The first day of our eleventh home schooling year was a success, thanks be to God! The kids and I haven't really felt like hitting the books; this summer flew by way too fast, and we definitely don't feel as if it were time for school to begin again. But despite our longing for more summer vacation, our first day went well.
We started off with Bible lessons in which we're starting with the book of First Chronicles. After I read the Bible verses aloud and we have prayer time, we studied our memory verses; we're learning the 13th chapter of 1 Corinthians over the next six weeks. Then I read some poems aloud to all four kids, after which E went back to her room to do her work where it's quiet. After she left the school table, I read aloud to the boys from their religion book for Sonlight 6, The International Children's Bible Field Guide which had some interesting information about the Dead Sea Scrolls. Right now the Scrolls are on display at the Natural History Museum in Balboa Park, and we're looking forward to our lecture and special showing in early October.
Then the boys tackled their new Latin and Greek vocabulary book in which they're learning the root word "ped" (foot) this week. Then math was next on the agenda; I explained the concepts to each of the older boys, then worked with B on his math and phonics while the other two worked their math probelms. At least it was all review! :)
After a short recess during which I watered my flower beds, we went over the boys' language arts which yesterday included a lengthy dictation section. From there we did copywork, penmanship, and spelling. Our first Latin lesson from Latina Christiana brought our morning session to a close.
After lunch and recess, we hit the history books for Sonlight 6: First Half World History (Story of the World: Ancient World and Usborne Encyclopedia of World History), followed by art history (Usborne introduction to Art -- a gorgeous book!), and literature in which I started reading aloud from The Golden Goblet, a story set in ancient Egypt. The day finished up with Physical Science; we're using a new program that involves a lot of hands-on work and all the info is on the computer where the boys can check their responses to the questions all by themselves as they fill out the pages in their log books. Later this week they get to build a racer about which they're really excited! Then the boys only had their readers and piano practice to do on their own.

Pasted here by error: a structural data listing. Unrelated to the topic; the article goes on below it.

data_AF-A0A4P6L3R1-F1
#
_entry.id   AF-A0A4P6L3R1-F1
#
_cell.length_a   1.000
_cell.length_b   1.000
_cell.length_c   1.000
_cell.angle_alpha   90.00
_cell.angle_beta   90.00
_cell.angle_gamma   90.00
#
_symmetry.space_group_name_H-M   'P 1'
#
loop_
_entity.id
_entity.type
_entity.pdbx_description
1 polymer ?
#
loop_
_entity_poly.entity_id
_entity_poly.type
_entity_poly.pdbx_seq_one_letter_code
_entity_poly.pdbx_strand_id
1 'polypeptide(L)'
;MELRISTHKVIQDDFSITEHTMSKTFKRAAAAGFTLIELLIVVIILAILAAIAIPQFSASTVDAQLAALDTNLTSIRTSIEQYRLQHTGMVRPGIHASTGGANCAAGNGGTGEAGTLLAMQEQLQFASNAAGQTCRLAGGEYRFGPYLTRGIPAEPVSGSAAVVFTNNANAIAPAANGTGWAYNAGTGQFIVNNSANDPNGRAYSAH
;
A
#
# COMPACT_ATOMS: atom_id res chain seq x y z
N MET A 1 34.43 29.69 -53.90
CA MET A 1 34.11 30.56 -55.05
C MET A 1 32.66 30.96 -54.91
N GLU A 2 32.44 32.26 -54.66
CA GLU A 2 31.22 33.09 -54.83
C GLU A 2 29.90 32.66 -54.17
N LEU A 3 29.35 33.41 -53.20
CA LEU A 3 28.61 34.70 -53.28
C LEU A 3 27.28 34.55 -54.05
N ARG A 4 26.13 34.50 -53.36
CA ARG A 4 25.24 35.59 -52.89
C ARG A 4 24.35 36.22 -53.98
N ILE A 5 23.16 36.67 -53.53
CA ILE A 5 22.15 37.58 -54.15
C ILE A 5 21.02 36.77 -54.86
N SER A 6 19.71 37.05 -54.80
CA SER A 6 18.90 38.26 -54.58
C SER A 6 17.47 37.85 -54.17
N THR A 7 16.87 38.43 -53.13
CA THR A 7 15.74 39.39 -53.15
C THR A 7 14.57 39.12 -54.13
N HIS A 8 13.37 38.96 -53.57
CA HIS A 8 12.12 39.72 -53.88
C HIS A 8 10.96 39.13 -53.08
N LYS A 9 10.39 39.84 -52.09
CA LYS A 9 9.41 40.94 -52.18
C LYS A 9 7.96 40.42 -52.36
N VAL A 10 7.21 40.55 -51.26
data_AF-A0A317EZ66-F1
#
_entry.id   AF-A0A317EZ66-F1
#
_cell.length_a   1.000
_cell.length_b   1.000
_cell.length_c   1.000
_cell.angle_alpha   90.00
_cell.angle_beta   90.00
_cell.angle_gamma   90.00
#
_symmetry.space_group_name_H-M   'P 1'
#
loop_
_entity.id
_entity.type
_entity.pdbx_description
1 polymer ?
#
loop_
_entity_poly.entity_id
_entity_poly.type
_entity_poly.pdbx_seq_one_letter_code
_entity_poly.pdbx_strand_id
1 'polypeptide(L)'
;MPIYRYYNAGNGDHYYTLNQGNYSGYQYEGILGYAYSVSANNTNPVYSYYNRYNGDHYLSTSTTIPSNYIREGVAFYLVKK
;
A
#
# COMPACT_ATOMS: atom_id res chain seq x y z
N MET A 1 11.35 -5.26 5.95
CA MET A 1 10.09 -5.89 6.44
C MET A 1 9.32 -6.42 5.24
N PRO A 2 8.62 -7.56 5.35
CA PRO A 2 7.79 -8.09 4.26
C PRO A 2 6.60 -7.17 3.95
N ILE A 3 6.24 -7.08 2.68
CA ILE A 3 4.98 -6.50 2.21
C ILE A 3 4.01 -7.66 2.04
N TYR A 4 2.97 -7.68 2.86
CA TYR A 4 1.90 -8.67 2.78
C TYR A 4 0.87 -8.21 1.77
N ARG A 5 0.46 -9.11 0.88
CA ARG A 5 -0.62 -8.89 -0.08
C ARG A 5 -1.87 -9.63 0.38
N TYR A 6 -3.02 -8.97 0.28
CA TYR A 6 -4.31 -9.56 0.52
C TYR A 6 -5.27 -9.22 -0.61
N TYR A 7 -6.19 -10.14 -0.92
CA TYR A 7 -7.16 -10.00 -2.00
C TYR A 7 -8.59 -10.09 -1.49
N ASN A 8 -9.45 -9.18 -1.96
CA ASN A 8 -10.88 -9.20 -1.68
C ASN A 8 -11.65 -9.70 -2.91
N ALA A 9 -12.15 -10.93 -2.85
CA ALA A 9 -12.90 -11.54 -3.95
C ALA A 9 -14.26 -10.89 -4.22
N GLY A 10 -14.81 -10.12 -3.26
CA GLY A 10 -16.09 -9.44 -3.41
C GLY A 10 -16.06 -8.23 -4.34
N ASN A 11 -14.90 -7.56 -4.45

Overall, it was an excellent day. Except for their readers and piano, the boys were done with their work by 3 PM, after starting at 9 AM and having two breaks. E also finished by 3 PM with all her high school work.
After starting off the day with us, she went back to her room to do her religion curriculum from Sonlight 300, then she proceeded onto Algebra lessons. Then she did her poetry unit for world lit, her biology, her Latin II, her world history, and read part of Great Expectations for her online literary analysis class that starts next week.
So a good day was had by all. For us, the key is getting the more difficult subjects like math and writing done when the boys are fresh so it goes quicker and easier. I've also started handing them the answer keys when they've showed me their finished math pages and allowed them to find their own mistakes which saves me a great deal of time and trouble. I wasn't sure how the boys would take to Latin, but J claims it's his favorite subject while T prefers science.
So off we go on another year of the home schooling adventure! It's nice to get used to our schedules befoe we have to add in Class Days starting September 13. Those days will be long and tiring, but they'll be greatly helpful as the kids will all receive tutelage in subjects I'm not so talented in, like art, PE, and biology lab. I'm also looking forward to teaching a class again -- actually, I'll have two: a college-prep class and an honors/AP class. I love being in front of a class, something I haven't done much of since dropping Class Day several years ago. It will be a hassle getting us all down to Del Cerro by 9:30, packing lunches, grading papers, making sure the kids do their Class Day homework, etc. But it will all be worth the trouble and stress ... and that's the key to home schooling. To offer our kids Latin and art history and other subjects that simply aren't available in the schools anymore is worth the trouble and stress.
More than worth it, actually.